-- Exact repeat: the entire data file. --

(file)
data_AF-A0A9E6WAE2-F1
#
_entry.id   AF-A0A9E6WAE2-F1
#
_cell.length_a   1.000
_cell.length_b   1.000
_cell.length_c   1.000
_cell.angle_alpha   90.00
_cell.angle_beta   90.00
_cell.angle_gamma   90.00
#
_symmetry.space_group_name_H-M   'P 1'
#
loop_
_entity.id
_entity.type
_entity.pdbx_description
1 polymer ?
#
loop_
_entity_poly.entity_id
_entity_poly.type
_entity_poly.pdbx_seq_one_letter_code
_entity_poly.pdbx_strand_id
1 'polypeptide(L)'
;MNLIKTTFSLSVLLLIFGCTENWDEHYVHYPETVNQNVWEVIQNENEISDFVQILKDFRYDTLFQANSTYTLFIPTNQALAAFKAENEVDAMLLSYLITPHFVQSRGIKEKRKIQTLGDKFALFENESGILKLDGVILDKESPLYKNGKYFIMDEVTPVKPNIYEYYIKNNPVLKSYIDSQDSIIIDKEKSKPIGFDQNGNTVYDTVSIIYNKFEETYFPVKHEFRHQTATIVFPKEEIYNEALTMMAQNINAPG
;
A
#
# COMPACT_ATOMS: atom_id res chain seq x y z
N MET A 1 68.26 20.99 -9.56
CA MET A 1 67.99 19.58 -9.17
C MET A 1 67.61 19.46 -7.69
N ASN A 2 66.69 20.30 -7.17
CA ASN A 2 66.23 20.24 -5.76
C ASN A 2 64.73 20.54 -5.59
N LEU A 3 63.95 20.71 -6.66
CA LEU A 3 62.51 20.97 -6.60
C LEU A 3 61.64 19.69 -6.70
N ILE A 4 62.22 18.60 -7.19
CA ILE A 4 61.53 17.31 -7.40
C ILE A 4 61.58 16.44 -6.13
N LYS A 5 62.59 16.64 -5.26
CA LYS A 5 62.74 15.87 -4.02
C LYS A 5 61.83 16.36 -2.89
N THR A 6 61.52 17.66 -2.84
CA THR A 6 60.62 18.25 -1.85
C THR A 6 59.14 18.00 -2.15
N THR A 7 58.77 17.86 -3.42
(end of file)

data_AF-A0A9E6WAE2-F1
#
_entry.id   AF-A0A9E6WAE2-F1
#
_cell.length_a   1.000
_cell.length_b   1.000
_cell.length_c   1.000
_cell.angle_alpha   90.00
_cell.angle_beta   90.00
_cell.angle_gamma   90.00
#
_symmetry.space_group_name_H-M   'P 1'
#
loop_
_entity.id
_entity.type
_entity.pdbx_description
1 polymer ?
#
loop_
_entity_poly.entity_id
_entity_poly.type
_entity_poly.pdbx_seq_one_letter_code
_entity_poly.pdbx_strand_id
1 'polypeptide(L)'
;MNLIKTTFSLSVLLLIFGCTENWDEHYVHYPETVNQNVWEVIQNENEISDFVQILKDFRYDTLFQANSTYTLFIPTNQALAAFKAENEVDAMLLSYLITPHFVQSRGIKEKRKIQTLGDKFALFENESGILKLDGVILDKESPLYKNGKYFIMDEVTPVKPNIYEYYIKNNPVLKSYIDSQDSIIIDKEKSKPIGFDQNGNTVYDTVSIIYNKFEETYFPVKHEFRHQTATIVFPKEEIYNEALTMMAQNINAPG
;
A
#
# COMPACT_ATOMS: atom_id res chain seq x y z
N MET A 1 68.26 20.99 -9.56
CA MET A 1 67.99 19.58 -9.17
C MET A 1 67.61 19.46 -7.69
N ASN A 2 66.69 20.30 -7.17
CA ASN A 2 66.23 20.24 -5.76
C ASN A 2 64.73 20.54 -5.59
N LEU A 3 63.95 20.71 -6.66
CA LEU A 3 62.51 20.97 -6.60
C LEU A 3 61.64 19.69 -6.70
N ILE A 4 62.22 18.60 -7.19
CA ILE A 4 61.53 17.31 -7.40
C ILE A 4 61.58 16.44 -6.13
N LYS A 5 62.59 16.64 -5.26
CA LYS A 5 62.74 15.87 -4.02
C LYS A 5 61.83 16.36 -2.89
N THR A 6 61.52 17.66 -2.84
CA THR A 6 60.62 18.25 -1.85
C THR A 6 59.14 18.00 -2.15
N THR A 7 58.77 17.86 -3.42